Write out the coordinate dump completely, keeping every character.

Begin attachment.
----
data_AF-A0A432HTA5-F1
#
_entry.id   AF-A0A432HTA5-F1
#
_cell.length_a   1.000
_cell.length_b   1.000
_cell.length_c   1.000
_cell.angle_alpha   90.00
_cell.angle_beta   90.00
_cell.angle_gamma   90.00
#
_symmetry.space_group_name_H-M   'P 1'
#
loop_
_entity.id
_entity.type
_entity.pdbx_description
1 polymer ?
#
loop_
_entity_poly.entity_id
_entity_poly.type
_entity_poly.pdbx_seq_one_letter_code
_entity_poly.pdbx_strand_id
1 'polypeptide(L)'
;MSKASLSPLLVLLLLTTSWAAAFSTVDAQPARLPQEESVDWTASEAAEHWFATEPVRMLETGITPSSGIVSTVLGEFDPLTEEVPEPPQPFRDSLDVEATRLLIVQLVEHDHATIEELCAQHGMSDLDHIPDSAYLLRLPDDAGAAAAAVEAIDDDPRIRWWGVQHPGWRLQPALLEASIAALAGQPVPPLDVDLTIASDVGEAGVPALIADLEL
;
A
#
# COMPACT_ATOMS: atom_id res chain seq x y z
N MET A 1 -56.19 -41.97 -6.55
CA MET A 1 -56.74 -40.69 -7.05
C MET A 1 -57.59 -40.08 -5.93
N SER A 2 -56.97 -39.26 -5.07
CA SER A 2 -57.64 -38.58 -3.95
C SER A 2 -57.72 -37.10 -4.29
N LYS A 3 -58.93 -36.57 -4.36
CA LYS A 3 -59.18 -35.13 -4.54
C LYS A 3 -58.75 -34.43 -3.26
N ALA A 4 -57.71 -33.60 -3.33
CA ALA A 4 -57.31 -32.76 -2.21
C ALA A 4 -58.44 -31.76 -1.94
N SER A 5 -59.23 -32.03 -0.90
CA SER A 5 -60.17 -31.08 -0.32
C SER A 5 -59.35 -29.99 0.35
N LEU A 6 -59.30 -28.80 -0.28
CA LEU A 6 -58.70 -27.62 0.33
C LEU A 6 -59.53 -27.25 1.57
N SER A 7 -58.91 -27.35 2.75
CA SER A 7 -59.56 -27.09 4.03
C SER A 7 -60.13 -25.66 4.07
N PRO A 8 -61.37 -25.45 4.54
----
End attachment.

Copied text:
data_AF-A0A432HTA5-F1
#
_entry.id   AF-A0A432HTA5-F1
#
_cell.length_a   1.000
_cell.length_b   1.000
_cell.length_c   1.000
_cell.angle_alpha   90.00
_cell.angle_beta   90.00
_cell.angle_gamma   90.00
#
_symmetry.space_group_name_H-M   'P 1'
#
loop_
_entity.id
_entity.type
_entity.pdbx_description
1 polymer ?
#
loop_
_entity_poly.entity_id
_entity_poly.type
_entity_poly.pdbx_seq_one_letter_code
_entity_poly.pdbx_strand_id
1 'polypeptide(L)'
;MSKASLSPLLVLLLLTTSWAAAFSTVDAQPARLPQEESVDWTASEAAEHWFATEPVRMLETGITPSSGIVSTVLGEFDPLTEEVPEPPQPFRDSLDVEATRLLIVQLVEHDHATIEELCAQHGMSDLDHIPDSAYLLRLPDDAGAAAAAVEAIDDDPRIRWWGVQHPGWRLQPALLEASIAALAGQPVPPLDVDLTIASDVGEAGVPALIADLEL
;
A
#
# COMPACT_ATOMS: atom_id res chain seq x y z
N MET A 1 -56.19 -41.97 -6.55
CA MET A 1 -56.74 -40.69 -7.05
C MET A 1 -57.59 -40.08 -5.93
N SER A 2 -56.97 -39.26 -5.07
CA SER A 2 -57.64 -38.58 -3.95
C SER A 2 -57.72 -37.10 -4.29
N LYS A 3 -58.93 -36.57 -4.36
CA LYS A 3 -59.18 -35.13 -4.54
C LYS A 3 -58.75 -34.43 -3.26
N ALA A 4 -57.71 -33.60 -3.33
CA ALA A 4 -57.31 -32.76 -2.21
C ALA A 4 -58.44 -31.76 -1.94
N SER A 5 -59.23 -32.03 -0.90
CA SER A 5 -60.17 -31.08 -0.32
C SER A 5 -59.35 -29.99 0.35
N LEU A 6 -59.30 -28.80 -0.28
CA LEU A 6 -58.70 -27.62 0.33
C LEU A 6 -59.53 -27.25 1.57
N SER A 7 -58.91 -27.35 2.75
CA SER A 7 -59.56 -27.09 4.03
C SER A 7 -60.13 -25.66 4.07
N PRO A 8 -61.37 -25.45 4.54